The search for a treatment for PCOS

190307-AcuPCOS image-three women brunette smilingAs some of you might know, as well as being a GP, I am a postdoctoral researcher trying desperately to balance work and life, and learn a little bit about this thing called “resilience”.

For the past two years I have been researching Polycystic Ovary Syndrome (PCOS). PCOS is incredibly common – around 1 in 10 women in Australia will have symptoms of it, and those symptoms range from difficulty falling pregnant and irregular periods, to hairiness where you don’t want hair to grow, and even anxiety and depression symptoms. As the women in one of my studies said, the “whole package deal” of PCOS is pretty confronting. But the thing that concerns a lot of women is the weight gain that can be more stubborn with PCOS.

I’ve been looking for a non-pharmacological treatment that may be able to help with some of the symptoms of PCOS, and naturally acupuncture comes to mind because it’s a treatment I’m familiar with (being a trained Chinese medicine acupuncturist as well as Western doctor) and it’s also a relatively safe treatment.

Some preliminary studies suggest that acupuncture may be helpful for weight loss, in conjunction with lifestyle changes, and so I went about looking for funding for a trial on acupuncture for weight loss in women with PCOS.

In a serendipitous turn of events, my encounter with Bearded Man, which I describe in my post Why I’m Done With Impostor Syndrome, led to a little pot of funding for my clinical trial.

I really really enjoy clinical trial research, because I get to talk to so many people about what it’s like to live with what they live with. I talked to hundreds of women about their hot flushes. Now I talk to dozens of women about PCOS. But I need more women.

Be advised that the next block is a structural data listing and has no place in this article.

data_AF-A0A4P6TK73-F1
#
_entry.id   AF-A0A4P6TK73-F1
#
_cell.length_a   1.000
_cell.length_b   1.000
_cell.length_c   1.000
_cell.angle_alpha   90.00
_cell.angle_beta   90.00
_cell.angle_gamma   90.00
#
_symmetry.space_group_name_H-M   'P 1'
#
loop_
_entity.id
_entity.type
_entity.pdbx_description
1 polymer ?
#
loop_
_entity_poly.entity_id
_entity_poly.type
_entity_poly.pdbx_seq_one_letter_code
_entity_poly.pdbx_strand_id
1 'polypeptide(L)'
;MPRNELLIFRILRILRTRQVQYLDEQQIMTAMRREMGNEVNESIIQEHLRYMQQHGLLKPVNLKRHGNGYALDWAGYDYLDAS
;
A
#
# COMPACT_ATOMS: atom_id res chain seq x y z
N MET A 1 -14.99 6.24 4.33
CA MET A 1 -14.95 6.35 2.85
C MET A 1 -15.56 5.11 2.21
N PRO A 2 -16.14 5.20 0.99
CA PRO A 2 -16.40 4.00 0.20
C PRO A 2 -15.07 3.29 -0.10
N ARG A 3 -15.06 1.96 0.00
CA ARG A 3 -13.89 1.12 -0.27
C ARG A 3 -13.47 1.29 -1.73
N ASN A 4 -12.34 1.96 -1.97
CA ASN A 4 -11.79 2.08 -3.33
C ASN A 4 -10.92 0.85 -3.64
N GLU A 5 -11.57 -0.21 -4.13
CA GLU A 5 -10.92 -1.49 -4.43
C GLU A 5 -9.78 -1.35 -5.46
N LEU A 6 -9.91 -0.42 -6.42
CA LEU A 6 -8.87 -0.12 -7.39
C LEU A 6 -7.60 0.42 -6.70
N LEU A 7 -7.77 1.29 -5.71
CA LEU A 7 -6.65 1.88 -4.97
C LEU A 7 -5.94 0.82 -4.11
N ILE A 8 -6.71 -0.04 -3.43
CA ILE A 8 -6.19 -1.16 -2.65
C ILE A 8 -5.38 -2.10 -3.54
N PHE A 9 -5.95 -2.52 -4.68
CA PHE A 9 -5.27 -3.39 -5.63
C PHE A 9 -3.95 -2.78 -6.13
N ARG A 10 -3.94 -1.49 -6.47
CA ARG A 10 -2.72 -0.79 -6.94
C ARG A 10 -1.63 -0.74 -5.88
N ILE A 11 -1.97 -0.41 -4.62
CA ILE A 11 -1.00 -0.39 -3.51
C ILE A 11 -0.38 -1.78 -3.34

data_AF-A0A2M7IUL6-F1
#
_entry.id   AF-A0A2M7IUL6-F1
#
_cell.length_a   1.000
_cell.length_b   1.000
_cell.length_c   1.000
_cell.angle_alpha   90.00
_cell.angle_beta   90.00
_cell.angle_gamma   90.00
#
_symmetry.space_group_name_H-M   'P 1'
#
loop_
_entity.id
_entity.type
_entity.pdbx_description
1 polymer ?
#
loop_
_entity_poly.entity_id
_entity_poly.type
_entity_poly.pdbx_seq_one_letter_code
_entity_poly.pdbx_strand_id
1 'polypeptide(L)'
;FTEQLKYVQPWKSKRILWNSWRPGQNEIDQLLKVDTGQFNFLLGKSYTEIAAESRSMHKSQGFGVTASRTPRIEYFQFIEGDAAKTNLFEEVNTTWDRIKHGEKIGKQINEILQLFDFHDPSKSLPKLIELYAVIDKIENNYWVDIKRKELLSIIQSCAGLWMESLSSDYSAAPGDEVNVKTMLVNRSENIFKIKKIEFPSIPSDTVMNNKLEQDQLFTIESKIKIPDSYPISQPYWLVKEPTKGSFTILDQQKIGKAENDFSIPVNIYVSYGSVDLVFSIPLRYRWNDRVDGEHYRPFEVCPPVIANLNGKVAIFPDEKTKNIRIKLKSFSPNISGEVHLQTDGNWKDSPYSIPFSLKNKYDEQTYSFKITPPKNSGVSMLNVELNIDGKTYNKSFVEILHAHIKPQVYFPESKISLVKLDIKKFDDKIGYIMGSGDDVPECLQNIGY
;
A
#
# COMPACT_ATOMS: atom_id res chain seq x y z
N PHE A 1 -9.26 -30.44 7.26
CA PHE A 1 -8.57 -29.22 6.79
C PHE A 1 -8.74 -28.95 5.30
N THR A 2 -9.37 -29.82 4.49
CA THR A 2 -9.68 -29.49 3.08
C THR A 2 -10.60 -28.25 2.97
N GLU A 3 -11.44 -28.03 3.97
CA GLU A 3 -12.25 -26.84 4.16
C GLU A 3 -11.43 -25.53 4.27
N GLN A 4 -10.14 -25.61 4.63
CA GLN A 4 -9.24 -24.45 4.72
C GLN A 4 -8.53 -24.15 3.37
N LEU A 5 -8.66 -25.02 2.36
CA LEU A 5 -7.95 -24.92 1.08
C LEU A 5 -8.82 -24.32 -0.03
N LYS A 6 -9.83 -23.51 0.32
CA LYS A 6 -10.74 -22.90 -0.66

This is therefore a shameless plug for my clinical trial, my pride and joy, on acupuncture for weight loss in PCOS. We have an amazing team of some of the best researchers in the world in PCOS behind us, and my research assistant Adele is also pretty fantastic herself.

This is for women in Sydney aged 18-45 who are not on the pill, Mirena/other hormonal treatments or Metformin, and who aren’t planning on getting pregnant in the next 3 months.

We desperately need to find more options for women with PCOS so they can lead healthy, happy lives. Please consider sharing with anyone you know who may be interested and who lives in Sydney. They can sign up for our trial here or email me at c.ee@westernsydney.edu.au.

Thanks for helping me find a way to help one in ten women. 

 

 

 

 

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